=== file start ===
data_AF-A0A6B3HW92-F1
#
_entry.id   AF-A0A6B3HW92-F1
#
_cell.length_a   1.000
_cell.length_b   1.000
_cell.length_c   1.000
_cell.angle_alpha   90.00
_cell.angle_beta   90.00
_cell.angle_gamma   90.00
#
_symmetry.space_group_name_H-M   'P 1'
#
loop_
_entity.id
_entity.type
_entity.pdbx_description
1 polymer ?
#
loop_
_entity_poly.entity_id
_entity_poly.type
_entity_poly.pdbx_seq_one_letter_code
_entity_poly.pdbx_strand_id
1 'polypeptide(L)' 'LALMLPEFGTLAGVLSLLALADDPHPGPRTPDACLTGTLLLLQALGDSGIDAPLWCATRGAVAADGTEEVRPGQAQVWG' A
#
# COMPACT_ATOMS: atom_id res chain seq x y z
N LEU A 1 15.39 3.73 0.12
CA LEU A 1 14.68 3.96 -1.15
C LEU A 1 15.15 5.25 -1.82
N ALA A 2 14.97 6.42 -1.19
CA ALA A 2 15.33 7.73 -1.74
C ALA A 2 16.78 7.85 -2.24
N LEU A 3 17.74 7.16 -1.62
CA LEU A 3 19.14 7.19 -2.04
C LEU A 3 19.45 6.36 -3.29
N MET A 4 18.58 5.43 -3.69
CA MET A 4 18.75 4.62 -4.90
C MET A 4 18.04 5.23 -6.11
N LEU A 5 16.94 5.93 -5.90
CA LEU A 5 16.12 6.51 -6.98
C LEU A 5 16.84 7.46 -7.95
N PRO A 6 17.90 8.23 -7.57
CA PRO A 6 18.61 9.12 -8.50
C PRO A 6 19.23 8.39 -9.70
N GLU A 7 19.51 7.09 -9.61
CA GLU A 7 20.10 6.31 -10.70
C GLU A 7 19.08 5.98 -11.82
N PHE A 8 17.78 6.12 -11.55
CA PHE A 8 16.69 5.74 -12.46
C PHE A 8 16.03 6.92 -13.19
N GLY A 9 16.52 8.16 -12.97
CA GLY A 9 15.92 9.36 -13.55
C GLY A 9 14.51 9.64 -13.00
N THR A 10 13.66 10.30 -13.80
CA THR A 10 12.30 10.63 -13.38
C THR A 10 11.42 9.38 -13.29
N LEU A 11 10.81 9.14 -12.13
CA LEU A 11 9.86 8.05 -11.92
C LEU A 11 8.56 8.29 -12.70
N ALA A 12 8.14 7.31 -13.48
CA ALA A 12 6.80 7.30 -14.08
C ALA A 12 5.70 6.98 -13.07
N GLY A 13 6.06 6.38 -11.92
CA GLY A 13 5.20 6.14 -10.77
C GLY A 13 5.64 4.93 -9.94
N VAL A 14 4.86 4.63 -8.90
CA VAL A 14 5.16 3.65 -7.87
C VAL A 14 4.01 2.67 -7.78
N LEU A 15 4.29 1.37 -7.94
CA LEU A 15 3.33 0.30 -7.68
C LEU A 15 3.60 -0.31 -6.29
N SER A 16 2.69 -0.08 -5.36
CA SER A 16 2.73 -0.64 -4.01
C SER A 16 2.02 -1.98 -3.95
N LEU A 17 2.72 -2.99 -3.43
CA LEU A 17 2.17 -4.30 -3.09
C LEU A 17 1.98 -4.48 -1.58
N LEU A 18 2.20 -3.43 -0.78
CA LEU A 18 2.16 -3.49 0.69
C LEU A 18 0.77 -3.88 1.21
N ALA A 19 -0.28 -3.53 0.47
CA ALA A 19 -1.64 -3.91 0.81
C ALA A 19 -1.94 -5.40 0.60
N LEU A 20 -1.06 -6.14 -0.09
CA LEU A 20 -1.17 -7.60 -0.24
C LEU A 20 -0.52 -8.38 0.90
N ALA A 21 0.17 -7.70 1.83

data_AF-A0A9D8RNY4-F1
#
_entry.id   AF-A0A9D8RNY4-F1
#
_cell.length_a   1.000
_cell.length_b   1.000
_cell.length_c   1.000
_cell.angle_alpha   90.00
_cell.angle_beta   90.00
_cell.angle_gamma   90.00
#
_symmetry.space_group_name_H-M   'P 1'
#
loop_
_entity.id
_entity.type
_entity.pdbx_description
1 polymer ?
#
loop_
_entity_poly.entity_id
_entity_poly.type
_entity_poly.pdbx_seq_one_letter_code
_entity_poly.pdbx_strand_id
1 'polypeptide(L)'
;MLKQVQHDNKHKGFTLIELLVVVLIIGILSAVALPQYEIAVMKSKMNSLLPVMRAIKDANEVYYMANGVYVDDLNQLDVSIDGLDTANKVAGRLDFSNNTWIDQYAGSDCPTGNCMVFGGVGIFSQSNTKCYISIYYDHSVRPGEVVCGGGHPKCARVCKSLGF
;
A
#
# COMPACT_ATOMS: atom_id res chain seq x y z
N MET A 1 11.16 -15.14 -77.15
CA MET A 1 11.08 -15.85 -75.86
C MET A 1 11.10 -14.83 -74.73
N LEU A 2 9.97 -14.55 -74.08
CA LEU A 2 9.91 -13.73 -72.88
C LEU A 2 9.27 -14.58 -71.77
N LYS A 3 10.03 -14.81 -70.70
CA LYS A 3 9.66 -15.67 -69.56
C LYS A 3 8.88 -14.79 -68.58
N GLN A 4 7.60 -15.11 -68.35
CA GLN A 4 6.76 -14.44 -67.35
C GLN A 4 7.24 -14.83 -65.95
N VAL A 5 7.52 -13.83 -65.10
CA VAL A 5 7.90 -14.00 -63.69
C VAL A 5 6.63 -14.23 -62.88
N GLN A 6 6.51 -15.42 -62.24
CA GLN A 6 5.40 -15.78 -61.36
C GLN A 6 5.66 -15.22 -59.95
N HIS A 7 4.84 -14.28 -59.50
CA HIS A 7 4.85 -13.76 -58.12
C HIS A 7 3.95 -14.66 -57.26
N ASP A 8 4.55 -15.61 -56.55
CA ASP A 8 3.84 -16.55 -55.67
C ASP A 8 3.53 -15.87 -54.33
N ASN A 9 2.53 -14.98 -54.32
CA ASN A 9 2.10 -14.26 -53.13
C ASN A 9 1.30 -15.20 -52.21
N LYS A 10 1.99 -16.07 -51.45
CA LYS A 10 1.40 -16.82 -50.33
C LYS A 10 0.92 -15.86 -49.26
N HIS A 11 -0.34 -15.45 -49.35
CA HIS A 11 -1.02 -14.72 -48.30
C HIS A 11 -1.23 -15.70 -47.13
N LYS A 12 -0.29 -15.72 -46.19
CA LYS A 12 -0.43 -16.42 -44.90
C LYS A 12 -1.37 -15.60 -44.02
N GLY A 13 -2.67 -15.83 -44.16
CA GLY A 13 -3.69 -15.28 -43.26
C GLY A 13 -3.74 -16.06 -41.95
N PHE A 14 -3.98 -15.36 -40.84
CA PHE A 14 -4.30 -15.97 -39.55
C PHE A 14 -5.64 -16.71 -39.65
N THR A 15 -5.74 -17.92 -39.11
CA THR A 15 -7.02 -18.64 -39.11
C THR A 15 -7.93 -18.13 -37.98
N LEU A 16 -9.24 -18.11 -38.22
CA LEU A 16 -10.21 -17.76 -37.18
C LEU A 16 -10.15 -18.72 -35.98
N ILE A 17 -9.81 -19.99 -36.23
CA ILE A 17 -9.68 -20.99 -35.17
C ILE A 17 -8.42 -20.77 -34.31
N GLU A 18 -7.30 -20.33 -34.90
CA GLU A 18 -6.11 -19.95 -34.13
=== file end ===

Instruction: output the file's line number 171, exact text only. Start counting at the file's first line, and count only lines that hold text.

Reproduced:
CA GLU A 18 -6.11 -19.95 -34.13